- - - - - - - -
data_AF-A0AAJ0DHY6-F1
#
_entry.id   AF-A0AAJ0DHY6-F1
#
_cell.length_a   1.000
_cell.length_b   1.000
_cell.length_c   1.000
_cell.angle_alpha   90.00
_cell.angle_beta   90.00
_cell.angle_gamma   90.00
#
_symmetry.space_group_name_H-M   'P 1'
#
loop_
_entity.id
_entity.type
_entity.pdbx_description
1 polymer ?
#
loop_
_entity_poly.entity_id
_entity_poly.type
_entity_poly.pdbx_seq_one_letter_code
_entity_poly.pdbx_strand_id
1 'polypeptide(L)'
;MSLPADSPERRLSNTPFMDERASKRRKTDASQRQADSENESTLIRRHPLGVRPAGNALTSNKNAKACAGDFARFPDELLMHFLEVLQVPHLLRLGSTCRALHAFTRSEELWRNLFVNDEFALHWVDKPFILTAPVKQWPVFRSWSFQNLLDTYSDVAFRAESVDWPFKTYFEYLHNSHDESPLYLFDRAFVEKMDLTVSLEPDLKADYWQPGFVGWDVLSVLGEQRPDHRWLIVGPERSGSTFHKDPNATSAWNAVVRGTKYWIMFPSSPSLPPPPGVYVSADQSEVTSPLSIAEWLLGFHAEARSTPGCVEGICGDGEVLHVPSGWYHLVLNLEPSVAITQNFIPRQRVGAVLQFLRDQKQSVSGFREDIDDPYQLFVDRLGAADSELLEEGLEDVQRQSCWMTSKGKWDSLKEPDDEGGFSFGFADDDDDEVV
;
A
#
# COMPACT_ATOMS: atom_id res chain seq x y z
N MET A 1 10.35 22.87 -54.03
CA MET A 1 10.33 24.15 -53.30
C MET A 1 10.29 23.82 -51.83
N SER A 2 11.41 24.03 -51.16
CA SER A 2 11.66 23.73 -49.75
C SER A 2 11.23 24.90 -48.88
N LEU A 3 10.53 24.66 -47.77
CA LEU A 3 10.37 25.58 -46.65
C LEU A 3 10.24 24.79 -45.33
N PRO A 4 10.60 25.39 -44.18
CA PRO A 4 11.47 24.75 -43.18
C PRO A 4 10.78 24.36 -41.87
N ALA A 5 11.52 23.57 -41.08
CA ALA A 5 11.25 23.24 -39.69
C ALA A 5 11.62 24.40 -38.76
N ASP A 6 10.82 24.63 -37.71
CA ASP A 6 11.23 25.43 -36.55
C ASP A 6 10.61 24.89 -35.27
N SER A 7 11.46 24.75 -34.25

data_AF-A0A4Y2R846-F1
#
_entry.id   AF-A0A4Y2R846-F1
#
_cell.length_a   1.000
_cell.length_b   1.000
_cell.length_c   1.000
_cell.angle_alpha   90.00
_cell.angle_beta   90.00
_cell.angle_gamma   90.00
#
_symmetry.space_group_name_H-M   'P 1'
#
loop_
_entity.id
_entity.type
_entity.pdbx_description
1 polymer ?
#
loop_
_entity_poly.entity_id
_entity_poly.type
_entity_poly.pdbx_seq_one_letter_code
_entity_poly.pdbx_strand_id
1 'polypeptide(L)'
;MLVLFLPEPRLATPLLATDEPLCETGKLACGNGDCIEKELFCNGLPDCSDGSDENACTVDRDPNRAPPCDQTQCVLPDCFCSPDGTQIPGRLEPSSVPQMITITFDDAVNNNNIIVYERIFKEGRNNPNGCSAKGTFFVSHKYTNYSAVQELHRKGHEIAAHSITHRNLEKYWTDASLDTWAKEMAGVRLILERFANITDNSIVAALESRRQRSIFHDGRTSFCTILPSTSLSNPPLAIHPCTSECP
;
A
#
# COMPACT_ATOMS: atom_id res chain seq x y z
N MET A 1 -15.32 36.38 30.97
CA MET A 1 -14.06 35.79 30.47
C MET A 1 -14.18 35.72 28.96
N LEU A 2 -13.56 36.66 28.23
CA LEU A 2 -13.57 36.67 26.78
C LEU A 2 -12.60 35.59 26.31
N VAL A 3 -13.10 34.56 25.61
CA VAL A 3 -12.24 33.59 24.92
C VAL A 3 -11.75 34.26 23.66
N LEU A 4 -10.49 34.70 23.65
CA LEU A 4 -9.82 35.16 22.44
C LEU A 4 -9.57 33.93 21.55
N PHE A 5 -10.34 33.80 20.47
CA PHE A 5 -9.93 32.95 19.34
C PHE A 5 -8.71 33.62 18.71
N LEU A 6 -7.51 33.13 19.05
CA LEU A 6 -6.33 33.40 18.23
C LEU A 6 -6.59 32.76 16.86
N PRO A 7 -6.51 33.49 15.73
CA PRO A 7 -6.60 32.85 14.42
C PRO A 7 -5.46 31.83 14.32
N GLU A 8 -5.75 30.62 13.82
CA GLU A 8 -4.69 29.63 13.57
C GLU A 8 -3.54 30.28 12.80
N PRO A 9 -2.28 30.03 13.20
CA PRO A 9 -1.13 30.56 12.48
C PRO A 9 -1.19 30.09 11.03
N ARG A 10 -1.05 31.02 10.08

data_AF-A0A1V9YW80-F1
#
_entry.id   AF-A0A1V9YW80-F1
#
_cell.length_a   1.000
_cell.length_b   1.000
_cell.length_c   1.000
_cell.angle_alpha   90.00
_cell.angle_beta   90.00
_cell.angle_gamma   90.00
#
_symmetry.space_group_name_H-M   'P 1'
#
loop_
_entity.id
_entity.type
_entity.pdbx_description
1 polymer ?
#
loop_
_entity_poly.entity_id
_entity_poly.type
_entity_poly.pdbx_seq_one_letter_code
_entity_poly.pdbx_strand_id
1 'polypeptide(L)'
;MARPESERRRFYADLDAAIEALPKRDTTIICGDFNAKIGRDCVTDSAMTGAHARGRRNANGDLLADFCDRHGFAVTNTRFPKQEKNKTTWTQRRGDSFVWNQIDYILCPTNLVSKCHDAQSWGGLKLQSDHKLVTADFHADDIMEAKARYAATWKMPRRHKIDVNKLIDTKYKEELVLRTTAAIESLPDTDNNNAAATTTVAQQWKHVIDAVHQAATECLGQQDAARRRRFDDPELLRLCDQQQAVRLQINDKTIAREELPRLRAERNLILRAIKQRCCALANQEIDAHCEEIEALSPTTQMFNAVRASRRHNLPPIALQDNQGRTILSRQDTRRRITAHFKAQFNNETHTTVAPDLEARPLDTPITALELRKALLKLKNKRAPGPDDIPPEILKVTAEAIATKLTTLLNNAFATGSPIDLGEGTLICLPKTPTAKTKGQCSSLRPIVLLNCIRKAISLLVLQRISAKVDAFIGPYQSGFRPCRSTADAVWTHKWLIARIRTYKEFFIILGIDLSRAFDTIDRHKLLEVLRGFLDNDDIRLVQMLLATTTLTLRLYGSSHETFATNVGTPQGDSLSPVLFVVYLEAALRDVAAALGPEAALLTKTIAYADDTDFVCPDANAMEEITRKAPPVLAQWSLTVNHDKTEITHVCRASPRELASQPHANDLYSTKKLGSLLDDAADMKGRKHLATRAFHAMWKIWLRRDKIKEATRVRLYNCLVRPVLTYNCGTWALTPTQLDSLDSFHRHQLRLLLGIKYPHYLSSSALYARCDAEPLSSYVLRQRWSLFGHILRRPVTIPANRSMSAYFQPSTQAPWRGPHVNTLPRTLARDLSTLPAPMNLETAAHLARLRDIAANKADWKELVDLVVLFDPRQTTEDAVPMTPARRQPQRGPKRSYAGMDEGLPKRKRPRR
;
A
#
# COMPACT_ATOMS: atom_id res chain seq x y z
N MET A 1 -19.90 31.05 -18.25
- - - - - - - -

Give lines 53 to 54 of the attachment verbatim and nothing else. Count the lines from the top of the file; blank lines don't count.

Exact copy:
#
_cell.length_a   1.000